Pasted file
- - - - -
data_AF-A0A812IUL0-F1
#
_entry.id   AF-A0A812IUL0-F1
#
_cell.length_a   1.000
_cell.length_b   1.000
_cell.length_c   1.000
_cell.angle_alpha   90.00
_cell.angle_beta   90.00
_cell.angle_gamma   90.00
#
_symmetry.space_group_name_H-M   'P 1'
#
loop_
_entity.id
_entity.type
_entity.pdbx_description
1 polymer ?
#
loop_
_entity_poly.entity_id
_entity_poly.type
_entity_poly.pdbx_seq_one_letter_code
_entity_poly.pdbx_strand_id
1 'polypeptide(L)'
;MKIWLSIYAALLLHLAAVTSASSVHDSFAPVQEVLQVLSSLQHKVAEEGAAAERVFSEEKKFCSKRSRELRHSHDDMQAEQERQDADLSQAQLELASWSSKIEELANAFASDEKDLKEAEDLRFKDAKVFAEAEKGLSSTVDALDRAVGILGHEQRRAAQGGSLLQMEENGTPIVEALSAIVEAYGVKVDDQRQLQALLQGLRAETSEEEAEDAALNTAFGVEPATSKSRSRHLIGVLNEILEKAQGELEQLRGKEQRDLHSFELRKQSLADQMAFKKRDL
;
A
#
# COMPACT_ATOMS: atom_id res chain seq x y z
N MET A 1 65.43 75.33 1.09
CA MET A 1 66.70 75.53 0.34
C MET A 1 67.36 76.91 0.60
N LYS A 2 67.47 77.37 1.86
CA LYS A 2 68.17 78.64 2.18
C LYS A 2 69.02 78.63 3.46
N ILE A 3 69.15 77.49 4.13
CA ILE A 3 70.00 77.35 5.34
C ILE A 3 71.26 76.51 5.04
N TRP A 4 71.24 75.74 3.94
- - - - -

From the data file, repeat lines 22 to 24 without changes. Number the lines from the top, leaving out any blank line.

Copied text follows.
_entity_poly.type
_entity_poly.pdbx_seq_one_letter_code
_entity_poly.pdbx_strand_id